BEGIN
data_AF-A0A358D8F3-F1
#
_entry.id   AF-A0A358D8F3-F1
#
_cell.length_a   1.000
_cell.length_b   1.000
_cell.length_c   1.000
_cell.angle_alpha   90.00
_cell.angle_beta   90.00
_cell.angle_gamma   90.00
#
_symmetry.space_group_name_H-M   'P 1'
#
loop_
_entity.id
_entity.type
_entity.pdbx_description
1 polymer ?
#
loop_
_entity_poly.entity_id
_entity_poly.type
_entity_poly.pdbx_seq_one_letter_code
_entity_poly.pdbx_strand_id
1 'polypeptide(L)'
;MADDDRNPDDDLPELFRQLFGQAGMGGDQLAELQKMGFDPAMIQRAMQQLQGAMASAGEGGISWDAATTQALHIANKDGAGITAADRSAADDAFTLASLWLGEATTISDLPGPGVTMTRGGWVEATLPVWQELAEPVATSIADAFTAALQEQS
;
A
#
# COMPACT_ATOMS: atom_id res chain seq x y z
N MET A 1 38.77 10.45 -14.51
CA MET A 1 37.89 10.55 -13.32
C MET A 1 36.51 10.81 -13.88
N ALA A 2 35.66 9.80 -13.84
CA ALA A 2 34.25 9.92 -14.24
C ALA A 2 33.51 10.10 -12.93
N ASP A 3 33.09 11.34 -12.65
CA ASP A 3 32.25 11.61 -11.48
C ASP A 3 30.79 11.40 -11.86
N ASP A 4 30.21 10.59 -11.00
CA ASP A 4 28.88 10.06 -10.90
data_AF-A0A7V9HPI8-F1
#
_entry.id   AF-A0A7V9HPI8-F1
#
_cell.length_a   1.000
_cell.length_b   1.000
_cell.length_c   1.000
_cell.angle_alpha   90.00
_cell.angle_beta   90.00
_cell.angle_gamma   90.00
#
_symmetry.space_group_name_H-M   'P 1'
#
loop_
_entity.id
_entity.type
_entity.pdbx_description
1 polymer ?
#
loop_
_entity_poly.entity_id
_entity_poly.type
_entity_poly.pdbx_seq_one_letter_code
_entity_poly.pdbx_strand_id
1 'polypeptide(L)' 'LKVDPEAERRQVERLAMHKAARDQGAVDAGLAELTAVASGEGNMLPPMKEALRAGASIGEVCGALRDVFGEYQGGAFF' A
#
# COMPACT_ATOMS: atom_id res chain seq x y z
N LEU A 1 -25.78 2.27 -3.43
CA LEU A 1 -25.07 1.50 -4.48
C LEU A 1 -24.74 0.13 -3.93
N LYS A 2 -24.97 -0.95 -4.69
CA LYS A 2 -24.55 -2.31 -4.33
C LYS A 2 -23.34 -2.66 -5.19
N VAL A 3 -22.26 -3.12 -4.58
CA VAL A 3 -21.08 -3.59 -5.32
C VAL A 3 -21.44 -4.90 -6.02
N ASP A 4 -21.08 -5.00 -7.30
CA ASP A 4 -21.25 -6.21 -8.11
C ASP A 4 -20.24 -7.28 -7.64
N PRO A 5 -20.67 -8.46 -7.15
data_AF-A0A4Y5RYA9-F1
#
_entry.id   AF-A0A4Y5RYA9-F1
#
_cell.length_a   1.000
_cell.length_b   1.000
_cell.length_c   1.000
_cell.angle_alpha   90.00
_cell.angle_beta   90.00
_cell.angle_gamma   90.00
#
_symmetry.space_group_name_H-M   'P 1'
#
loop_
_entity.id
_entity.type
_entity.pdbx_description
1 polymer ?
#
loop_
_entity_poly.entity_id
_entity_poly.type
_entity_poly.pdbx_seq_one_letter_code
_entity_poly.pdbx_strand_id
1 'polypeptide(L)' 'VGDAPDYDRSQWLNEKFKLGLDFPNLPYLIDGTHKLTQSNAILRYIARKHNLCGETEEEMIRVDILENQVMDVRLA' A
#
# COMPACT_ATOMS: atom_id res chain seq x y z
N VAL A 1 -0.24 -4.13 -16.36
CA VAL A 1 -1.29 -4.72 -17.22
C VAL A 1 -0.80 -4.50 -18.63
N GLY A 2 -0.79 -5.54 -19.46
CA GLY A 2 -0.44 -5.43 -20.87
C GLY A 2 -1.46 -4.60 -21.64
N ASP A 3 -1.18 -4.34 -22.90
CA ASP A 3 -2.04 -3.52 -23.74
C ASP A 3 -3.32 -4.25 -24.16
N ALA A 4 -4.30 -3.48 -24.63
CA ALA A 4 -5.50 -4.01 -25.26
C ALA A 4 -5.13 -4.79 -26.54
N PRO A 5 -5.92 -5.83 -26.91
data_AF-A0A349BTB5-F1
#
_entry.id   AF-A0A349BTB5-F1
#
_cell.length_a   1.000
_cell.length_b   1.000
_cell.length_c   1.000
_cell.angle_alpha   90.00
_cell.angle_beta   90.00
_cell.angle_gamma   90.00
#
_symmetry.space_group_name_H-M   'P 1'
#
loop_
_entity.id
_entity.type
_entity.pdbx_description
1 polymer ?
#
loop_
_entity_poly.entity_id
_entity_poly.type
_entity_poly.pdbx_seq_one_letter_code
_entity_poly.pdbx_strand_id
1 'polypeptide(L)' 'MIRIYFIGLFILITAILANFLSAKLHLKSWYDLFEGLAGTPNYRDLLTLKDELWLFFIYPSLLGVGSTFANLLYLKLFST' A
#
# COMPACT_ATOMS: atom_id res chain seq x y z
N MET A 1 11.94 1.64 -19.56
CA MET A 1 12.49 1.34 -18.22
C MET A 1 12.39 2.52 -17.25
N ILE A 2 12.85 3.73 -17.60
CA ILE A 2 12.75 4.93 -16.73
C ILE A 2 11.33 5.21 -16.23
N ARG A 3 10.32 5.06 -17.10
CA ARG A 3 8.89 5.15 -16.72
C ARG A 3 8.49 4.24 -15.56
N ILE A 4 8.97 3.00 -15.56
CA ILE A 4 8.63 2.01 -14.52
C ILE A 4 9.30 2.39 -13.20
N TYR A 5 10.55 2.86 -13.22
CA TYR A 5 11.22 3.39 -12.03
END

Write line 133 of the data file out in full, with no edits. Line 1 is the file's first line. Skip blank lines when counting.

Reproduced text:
_symmetry.space_group_name_H-M   'P 1'